Box 3818, Manhattan Beach, CA 90266 Phone: (310) 545-7831
July 14, 1992
Thank you for your letter and inquiry regarding my stand on inerrancy. I will say that my main quarrel with the inerrancy theory is that it is not a biblical doctrine (being established much later, after the canonization of the Bible around 400 A.D.) and that the geological and historical record offers some serious contradictions with the timing and order of the events in the book of Genesis. I also do not believe that the events of Revelation were written to be fulfilled in our day, but were meant to apply to the first and second century. Since I am an history buff regarding the early church, this is a matter of honesty to me in representing the Bible.
As with many spiritual issues, few things can be "proved" as verifiable as in a court of law, with hard facts and cold evidence. Much of everything we believe is taken on faith. For instance,
There are three synoptic gospels, which are not all eyewitnesses. The three describe the same events differently. Apparently the material came from another historical source that many call the "Q" documents, that we do not possess. We cannot be sure of the accuracy of the translation from "Q" to their gospel form. If the three accounts were not contradictory, this would be less of a dilemma.
Since we don't have the original manuscripts of the Old or New Testament, we assume the copies or fragments of copies we have are essentially unchanged from the originals.
The twenty-seven books of the New Testament were not recognized as the "New Testament" or even as a handbook of Christianity until the fourth or fifth century, and only after much dispute. The already-corrupted-by-politics Catholic Church decided on the canon at that point, and it became official. Not all church fathers were convinced, however. Even centuries later, Martin Luther felt that James' letter did not belong in the canon.
The criterion used by the early church for deciding what belonged in the canon was not as foolproof as one might think.
The Catholic Church destroyed much Gnostic literature in the first few centuries. It is also not blasphemous to surmise that they may have changed the text of the New Testament a little. It appears the Jews did this at times in their copies of the Old Testament in order to clarify irreconcilable numbers and historical events in the manuscripts.
The order of the events concerning Creation (as well as the flood) and the timing of it is irreconcilable with the geological record and the fossil record, as well as several dating methods currently used by scientists. Christians are as unaware of these facts much as are Jehovah's Witnesses unaware of information that is critical of their organization. Christians generally read heavily biased books by such authors as Josh McDowell or Dr. Henry Morris, rather than also considering contrary information.
It appears obvious to me that the early New Testament writers believed and put in print that the end of the "system" or the world as they knew it would come in their lifetime, not 2000 years later. A reconsideration of the Revelation of John may open our eyes.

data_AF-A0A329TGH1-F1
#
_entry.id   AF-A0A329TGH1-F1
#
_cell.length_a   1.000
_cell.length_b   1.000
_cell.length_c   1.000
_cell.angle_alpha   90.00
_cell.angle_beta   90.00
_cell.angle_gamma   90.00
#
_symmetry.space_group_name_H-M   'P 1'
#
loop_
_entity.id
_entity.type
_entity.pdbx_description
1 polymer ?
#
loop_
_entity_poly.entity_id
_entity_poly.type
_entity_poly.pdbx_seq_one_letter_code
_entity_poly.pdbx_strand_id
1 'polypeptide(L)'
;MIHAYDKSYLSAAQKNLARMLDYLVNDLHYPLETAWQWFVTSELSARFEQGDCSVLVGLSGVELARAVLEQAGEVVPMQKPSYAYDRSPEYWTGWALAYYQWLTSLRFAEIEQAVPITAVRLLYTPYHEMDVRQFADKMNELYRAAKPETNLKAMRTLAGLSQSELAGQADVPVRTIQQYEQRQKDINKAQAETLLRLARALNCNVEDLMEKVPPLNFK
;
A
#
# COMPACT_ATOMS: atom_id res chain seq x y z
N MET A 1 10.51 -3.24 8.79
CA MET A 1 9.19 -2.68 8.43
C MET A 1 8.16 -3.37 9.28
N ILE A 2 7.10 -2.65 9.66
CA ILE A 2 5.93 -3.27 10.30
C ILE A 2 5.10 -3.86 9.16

These are only a few of the issues that have confronted me these last three years. I was forced to re-look at them (I thought I had dealt with them years earlier when I first was born again). It was mainly an issue of honesty. We are out there challenging the cults for claiming God's direction and inspiration when their books contain many errors, and yet we are sometimes unwilling to consider outside evidence that conflicts with our own beliefs. I could no longer be a hypocrite in this regard. I was also long aware that most students who study the Bible long enough from a historical standpoint and who are not afraid to look at outside evidence always become aware of these issues, and it alters their belief system one way or another, though most tend to keep quite about it for various reasons. One of the most noted scholars of the twentieth century, F.F. Bruce (who has written numerous books and widely acclaimed commentaries on the New Testament), was not an inerrantist. Neither was the noted author C.S. Lewis. As a JW and in the early years of my Christianity, I considered F.F. Bruces "lack of faith" to be a result of the "devil putting doubts in his mind." However, working in the field of cults has taught me to be objective and consistent in considering evidence, even if it contradicts cherished beliefs. I am no longer afraid of the devil, and believe that God is big enough to allow us to use our minds to weigh the evidence. Apologetics is a worthless endeavor if we do not apply it to our own beliefs. I do not believe God wants us to be stupid or cult-like in our approach to information.
Therefore, though I do not believe in inerrancy, I believe the Bible teaches the basics of orthodoxy, such as the Trinity, eternal punishment, salvation by grace, the soul, the virgin birth, etc. I have faith in God's love for me and for others, and that He is fair. We will know all someday! I do not desire to confront people with these issues, unless they ask me pointedly. Since you have, this is my response. I choose not to be dogmatic, however.
Two books that I recommend for further reading are:
The Canon of the New Testament by Bruce Metzger, Oxford University, 1987, and A General Introduction to the Bible by Norman Geisler, 1986. Though both books attempt to prove the coherency of the Bible and Geisler attempts to illustrate inerrancy, I look between the lines to what they are leaving out. Metzger's book is especially scholarly and I respect him.
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